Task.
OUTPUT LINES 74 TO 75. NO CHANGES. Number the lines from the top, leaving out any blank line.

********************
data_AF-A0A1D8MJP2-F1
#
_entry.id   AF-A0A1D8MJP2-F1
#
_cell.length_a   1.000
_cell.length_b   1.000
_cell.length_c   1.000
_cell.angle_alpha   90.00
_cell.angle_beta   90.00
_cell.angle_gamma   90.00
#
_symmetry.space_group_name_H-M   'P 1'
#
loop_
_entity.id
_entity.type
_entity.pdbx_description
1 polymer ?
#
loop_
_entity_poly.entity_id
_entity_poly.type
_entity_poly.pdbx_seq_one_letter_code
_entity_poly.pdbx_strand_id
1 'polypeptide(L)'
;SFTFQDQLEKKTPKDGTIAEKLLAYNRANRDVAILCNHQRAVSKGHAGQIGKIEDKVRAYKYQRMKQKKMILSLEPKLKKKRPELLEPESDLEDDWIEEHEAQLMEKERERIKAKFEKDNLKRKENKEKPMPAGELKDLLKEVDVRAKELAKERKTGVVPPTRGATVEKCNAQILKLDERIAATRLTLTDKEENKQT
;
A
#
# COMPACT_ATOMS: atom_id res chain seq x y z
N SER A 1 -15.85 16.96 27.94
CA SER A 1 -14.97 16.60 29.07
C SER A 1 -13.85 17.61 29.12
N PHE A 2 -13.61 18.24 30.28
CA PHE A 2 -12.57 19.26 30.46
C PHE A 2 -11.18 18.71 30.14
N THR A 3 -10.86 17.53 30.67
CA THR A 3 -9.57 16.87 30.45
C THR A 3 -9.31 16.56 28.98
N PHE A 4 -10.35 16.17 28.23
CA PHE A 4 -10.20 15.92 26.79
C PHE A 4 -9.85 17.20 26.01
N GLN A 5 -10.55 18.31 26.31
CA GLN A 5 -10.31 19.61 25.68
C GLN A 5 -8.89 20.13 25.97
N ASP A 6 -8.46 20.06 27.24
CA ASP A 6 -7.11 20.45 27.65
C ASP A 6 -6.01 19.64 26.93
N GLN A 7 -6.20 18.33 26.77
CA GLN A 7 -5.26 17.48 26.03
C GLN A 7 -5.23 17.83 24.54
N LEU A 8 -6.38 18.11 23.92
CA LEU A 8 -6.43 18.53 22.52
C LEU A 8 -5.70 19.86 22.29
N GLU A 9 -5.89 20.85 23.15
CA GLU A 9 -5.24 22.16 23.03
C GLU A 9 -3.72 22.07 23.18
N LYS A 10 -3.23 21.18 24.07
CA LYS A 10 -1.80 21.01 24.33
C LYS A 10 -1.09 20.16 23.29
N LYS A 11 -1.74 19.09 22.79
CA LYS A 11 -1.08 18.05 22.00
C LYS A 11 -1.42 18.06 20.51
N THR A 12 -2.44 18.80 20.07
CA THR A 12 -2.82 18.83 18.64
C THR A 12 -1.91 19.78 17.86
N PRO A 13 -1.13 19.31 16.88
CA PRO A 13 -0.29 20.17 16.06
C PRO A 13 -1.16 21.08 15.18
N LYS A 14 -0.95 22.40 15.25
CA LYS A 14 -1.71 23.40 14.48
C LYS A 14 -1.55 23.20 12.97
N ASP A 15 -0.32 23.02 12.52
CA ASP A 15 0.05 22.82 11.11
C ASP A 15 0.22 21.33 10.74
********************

CA ASP A 15 0.05 22.82 11.11
C ASP A 15 0.22 21.33 10.74